There’s good news for gamers hoping to pair their favorite FreeSync monitor with a GeForce graphics card: 28 panels now meet Nvidia’s G-Sync Compatible validation requirements, unlocking the silky-smooth gaming benefits of adaptive sync technology without any headache, hassle, or extra work.
The bad news? Nvidia says that 475 of the 503 adaptive sync panels it examined as part of of “phase 1” of its G-Sync Compatible testing failed. That’s essentially like having 5 percent a class pass the test and graduate. Ouch.
Nvidia’s G-Sync Compatible initiative supplements the company’s first-party G-Sync displays. G-Sync Compatible monitors are non-G-Sync displays that support the adaptive sync standard for variable refresh rates while gaming—AMD FreeSync monitors, essentially. Only models that meet Nvidia’s stringent standards achieve the label, and have variable refresh rates automatically unlocked on GeForce GPUs.
Why did so many FreeSync monitors fail? In a blog post detailing a list of issues, the company listed everything from image quality to insufficient variable refresh rate ranges.
- 28 passed
- 202 failed for image quality or “other” issues
- 273 failed for having insufficent Variable Refresh Rate ranges
Nvidia said it simply couldn’t get hold the remaining available adaptive sync panels, as they don’t appear to be manufactured anymore.
If you think this sounds as passive aggressive as your pretty friend telling you that your aren’t that ugly, we’d tend to agree. Even though only 5 percent of G-Sync panels passed and can be considered as “G-Sync Compatible,” the blog post doesn’t exactly pay them any compliments either.
”For G-Sync Compatible displays, we also noted the maximum refresh rates during testing, and the breakdown of passes and fails: over 300 failed monitors had a max 75Hz refresh rate or lower, and/or super slim VRR ranges, only 3 monitors that passed reached 120Hz, and the majority of the others had a refresh rate of 144Hz or higher,” the post said. “However, 76% of these higher refresh rate G-Sync Compatible monitors run at only 1920×1080, limiting game detail and clarity.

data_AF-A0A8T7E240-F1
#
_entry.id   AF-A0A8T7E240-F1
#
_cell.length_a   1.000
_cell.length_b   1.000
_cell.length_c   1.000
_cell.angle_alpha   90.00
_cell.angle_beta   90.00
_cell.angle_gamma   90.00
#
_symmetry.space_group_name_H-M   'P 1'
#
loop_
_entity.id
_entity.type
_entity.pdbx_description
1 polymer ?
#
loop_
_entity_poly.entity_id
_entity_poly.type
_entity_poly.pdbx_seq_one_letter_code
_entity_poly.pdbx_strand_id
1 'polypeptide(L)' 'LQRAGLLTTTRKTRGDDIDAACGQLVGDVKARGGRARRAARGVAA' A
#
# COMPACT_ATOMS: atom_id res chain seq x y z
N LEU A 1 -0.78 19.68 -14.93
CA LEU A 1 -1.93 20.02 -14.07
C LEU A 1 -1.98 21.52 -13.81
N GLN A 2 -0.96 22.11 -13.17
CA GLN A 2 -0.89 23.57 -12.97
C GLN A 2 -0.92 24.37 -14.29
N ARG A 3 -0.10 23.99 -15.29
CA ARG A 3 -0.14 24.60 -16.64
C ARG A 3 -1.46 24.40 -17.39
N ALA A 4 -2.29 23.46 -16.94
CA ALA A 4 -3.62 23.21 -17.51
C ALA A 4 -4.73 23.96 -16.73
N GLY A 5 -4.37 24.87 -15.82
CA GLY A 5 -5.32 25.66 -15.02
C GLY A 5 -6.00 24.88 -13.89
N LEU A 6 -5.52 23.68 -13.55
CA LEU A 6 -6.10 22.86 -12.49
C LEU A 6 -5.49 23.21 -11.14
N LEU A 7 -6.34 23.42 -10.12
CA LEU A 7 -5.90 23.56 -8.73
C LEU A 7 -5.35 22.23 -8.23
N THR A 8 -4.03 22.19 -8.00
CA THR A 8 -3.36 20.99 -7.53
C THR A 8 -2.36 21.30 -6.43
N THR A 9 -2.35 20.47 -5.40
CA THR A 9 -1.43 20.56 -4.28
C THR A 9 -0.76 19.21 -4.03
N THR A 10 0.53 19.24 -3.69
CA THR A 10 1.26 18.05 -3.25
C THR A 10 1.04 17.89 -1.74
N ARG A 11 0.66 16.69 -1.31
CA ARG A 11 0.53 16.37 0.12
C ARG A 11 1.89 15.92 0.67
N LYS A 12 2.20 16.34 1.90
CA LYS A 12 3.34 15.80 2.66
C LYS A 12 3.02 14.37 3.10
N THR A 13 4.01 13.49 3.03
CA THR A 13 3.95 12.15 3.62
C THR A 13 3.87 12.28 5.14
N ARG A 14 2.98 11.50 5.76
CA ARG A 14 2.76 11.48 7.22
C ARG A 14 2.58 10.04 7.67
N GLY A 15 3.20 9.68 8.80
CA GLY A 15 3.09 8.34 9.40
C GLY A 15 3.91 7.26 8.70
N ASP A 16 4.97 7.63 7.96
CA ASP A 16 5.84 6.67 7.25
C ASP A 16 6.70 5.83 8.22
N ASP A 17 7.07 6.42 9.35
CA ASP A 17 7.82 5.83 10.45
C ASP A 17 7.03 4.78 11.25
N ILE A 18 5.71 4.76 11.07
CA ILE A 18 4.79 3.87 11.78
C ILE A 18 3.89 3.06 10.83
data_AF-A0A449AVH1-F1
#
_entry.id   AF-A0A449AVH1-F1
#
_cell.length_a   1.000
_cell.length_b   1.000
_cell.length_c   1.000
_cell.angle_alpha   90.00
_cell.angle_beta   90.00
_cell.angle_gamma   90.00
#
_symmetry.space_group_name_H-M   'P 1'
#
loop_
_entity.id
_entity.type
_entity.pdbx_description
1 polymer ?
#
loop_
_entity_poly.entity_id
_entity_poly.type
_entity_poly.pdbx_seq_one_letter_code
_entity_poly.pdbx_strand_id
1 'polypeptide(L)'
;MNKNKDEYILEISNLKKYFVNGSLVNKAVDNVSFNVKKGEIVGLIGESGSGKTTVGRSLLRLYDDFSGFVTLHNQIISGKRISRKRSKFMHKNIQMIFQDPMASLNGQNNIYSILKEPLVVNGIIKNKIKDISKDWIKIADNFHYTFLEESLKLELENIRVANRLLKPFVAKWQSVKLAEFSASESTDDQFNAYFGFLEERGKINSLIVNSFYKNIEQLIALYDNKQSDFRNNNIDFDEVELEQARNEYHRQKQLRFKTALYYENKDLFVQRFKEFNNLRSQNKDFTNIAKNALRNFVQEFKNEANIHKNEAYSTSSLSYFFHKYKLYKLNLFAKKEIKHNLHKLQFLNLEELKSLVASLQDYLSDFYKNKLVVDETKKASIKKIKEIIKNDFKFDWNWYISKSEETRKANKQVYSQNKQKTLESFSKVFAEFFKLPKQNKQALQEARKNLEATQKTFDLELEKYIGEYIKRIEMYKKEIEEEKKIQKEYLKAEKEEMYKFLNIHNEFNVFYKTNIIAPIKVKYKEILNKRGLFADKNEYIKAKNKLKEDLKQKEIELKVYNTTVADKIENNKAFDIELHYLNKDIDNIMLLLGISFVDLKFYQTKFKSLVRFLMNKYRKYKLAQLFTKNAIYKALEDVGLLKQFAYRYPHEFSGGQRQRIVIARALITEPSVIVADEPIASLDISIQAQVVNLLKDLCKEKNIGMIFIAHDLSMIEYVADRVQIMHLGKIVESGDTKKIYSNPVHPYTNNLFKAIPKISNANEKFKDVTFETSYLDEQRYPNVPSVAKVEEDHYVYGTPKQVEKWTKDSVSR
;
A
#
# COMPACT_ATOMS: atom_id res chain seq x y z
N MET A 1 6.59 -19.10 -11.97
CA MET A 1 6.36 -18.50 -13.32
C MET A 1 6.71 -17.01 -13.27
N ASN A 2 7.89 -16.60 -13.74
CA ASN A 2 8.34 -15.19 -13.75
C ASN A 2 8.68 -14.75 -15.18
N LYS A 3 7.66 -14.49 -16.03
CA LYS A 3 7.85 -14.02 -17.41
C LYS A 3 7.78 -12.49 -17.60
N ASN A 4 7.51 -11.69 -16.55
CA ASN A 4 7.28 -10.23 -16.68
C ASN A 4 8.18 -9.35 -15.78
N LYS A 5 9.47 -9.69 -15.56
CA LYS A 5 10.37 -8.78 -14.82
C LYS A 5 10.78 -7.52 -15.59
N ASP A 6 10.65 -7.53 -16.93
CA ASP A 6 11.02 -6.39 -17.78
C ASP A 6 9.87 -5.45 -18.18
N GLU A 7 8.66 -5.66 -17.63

“Furthermore, the majority of G-Sync Compatible monitors use TN displays, limiting fidelity, pixel response times, viewing angles, color accuracy, and a multitude of other display facets.”
The post goes on to detail superior technologies found in Nvidia’s tightly managed G-Sync displays. Translation: You’re certainly not that ugly, but you certainly aren’t as pretty as me either.
For what its worth, we asked Nvidia officials if they thought this was kind of passive aggressive and one big sick burn on AMD’s FreeSync technology. Officials denied it and said that no, they’re actually being “aggressive.”
And that’s because, officials said, they’re advocating for consumers by actually testing the vast majority of FreeSync panels out today—a process they point out isn’t being handled by anyone else on the FreeSync side. And, by the way, Nvidia still lets consumers manually turn on adaptive sync with a GeForce card. The technology just won’t activate automatically unless a monitor meets the company’s G-Sync Compatible requirements.
Despite Nvidia’s oblique FreeSync insults, the officials have a point. Having a Variable Refresh Rate range as wide as possible does dramatically improve the overall gaming experience on adaptive sync monitor. If so many FreeSync panels include such a limited VRR, you’re just not going to often see the benefits of adaptive sync, Nvidia officials said. The blog post, unsurprisingly, highlights that G-Sync panels can run in sync from 1Hz to their their maximum refresh rate.
Nvidia revealed three new G-Sync Compatible monitors as part of the announcement.
Don’t think this is the end of the frenemy treatment from Nvidia either: the blog post calls this “Phase I Complete.” That implies a Phase II is coming. We have a pretty strong feeling it’ll say something positive about FreeSync (or G-Sync Compatible) panels, while gently tossing shade their way, too.
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